trends in EU and US imports of textiles and clothing – providing comprehensive statistical data and analysis of the top ten supplying countries to the EU and US markets. These reports are updated each year and contain value and volume data as well as average prices and analyses of trends for up to 15 product categories.
 innovations, technological developments, business development opportunities, individual sector analysis and political implications which affect players in the global fibre, textile and apparel industries. Some of the topics which have been covered in recent reports include: new innovations in the textile and clothing industry, such as environmentally friendly textiles, plant based fibres, and developments in textile colorants; innovations in textile machinery; and overviews of the European swimwear, hosiery and lingerie markets.
So whether you are involved in fibres, textiles or clothing – in manufacturing, spinning, weaving, knitting, sewing, import/export, retailing – or if you are in education or consultancy or investment or finance, a subscription to Textile Outlook International will tell you what you need to know about the key trends in the industry.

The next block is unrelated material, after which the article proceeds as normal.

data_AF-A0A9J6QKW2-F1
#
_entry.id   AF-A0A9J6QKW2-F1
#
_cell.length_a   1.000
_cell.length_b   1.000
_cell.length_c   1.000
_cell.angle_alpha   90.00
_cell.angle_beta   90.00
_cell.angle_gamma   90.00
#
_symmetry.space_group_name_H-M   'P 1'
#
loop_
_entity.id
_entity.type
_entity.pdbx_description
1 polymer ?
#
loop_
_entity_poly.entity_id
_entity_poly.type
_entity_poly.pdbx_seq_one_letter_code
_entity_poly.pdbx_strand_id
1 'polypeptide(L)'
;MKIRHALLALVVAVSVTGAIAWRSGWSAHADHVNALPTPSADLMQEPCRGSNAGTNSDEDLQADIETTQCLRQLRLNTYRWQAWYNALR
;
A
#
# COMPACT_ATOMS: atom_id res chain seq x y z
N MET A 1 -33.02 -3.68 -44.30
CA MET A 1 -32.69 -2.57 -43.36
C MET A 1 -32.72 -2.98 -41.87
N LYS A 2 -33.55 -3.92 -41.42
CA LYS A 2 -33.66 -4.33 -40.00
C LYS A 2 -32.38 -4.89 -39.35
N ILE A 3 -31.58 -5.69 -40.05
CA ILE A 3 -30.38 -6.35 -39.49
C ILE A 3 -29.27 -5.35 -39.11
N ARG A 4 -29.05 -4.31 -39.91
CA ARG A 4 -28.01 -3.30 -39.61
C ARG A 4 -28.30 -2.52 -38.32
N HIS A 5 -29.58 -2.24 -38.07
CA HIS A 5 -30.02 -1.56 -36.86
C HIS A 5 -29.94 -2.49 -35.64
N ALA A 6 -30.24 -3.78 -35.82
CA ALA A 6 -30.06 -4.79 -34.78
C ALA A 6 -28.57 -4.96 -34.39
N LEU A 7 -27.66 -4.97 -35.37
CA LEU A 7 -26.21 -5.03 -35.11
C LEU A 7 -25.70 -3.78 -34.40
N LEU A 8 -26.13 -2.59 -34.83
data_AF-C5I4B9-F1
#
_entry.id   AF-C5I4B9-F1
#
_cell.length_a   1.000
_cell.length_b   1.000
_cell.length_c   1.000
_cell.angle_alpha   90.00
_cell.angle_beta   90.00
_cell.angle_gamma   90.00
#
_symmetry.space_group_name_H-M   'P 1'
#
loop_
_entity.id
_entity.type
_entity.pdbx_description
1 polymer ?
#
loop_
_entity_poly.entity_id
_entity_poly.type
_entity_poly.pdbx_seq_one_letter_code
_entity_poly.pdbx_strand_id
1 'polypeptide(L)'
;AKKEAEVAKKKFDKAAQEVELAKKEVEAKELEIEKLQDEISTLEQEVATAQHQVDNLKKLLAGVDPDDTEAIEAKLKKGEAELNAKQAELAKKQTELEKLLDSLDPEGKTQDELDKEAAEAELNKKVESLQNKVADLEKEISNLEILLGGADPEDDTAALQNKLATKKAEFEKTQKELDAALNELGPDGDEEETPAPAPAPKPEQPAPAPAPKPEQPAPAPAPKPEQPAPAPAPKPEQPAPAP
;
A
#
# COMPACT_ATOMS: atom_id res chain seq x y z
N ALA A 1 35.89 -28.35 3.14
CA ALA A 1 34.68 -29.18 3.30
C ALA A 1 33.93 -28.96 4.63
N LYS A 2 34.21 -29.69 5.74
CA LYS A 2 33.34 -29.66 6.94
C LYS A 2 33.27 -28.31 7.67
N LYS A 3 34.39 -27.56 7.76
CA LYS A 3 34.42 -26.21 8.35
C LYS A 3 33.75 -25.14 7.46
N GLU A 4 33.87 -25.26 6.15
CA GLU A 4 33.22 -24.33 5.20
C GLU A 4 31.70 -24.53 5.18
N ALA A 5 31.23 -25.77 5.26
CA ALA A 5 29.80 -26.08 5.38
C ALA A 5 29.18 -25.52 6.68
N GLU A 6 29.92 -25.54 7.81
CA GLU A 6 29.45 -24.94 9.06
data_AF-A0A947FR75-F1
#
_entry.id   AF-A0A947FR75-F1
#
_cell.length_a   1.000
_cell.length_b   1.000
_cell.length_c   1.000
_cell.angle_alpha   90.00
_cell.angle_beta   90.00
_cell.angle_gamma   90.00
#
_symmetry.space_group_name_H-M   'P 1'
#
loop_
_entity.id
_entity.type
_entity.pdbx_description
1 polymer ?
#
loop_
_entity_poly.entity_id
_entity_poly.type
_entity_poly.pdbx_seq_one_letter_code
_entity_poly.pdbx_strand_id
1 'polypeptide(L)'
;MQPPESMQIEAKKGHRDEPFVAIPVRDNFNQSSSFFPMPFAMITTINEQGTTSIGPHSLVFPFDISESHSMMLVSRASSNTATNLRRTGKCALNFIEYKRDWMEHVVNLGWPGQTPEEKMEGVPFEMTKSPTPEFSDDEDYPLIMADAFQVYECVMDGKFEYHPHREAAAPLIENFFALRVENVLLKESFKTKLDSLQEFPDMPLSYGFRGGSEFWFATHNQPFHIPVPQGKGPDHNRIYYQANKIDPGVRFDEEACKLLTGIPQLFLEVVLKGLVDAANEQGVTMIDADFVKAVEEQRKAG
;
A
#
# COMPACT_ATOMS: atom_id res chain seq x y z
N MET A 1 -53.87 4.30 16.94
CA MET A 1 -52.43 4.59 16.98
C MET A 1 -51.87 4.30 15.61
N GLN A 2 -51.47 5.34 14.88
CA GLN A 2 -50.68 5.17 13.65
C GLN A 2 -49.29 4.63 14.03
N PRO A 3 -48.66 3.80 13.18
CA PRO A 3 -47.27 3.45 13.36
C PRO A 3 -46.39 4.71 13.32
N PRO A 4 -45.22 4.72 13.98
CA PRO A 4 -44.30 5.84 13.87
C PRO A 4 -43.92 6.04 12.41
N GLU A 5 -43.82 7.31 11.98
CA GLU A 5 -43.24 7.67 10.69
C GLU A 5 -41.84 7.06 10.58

Textile Outlook International is available on subscription – either in printed format only, or in printed and electronic format. If you choose the printed only option, you will receive 6 printed publications a year, containing a total of 30 reports plus editorials written by Robin Anson, our editorial director and in-house industry expert.
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If you choose the printed and electronic option, you will receive an extra service. You will still receive each issue in printed format, delivered to you by traditional post.

In addition, you will be able to download PDF files containing the same information – but the PDF files will be available immediately on publication, so you don’t have to wait for the printing and mailing. You also have all the benefits of electronic files: instant access even when you are away from the office; convenient storage in your PC or laptop; portability; electronic search facility; and copy/paste facility.